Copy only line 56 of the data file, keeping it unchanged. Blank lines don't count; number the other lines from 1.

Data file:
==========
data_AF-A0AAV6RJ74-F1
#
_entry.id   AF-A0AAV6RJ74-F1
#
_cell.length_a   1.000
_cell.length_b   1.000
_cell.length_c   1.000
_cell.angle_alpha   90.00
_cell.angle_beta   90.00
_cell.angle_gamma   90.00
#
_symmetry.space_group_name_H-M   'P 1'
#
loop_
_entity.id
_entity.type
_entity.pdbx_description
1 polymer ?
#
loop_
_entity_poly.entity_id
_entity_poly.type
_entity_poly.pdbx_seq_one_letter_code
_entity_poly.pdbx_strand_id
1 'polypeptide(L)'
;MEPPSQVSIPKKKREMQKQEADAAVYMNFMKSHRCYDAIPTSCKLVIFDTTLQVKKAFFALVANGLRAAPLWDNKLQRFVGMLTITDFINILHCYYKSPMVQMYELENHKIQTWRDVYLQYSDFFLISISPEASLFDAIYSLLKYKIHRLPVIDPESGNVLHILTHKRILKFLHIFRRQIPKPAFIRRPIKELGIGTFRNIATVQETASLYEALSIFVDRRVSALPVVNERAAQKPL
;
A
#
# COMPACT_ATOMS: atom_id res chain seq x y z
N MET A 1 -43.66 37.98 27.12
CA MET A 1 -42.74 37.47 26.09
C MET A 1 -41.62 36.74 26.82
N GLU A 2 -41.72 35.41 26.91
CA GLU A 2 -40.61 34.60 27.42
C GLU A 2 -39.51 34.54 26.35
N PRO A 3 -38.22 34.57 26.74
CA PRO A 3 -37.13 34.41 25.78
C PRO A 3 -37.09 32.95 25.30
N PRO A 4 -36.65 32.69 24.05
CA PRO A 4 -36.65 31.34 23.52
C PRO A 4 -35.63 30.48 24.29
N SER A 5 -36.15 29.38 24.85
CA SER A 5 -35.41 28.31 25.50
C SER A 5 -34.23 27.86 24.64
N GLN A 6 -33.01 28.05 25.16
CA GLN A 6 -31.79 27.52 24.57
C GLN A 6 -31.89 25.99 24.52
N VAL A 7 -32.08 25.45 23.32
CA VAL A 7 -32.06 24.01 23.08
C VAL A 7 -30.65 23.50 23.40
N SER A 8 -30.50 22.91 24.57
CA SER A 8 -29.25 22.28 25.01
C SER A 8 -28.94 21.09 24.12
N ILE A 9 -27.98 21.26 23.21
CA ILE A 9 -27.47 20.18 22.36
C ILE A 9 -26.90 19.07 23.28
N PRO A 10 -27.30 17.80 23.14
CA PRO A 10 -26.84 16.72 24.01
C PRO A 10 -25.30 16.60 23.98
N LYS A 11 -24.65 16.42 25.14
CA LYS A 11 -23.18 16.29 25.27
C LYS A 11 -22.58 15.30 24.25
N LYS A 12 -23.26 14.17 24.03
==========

CA ILE A 9 -27.47 20.18 22.36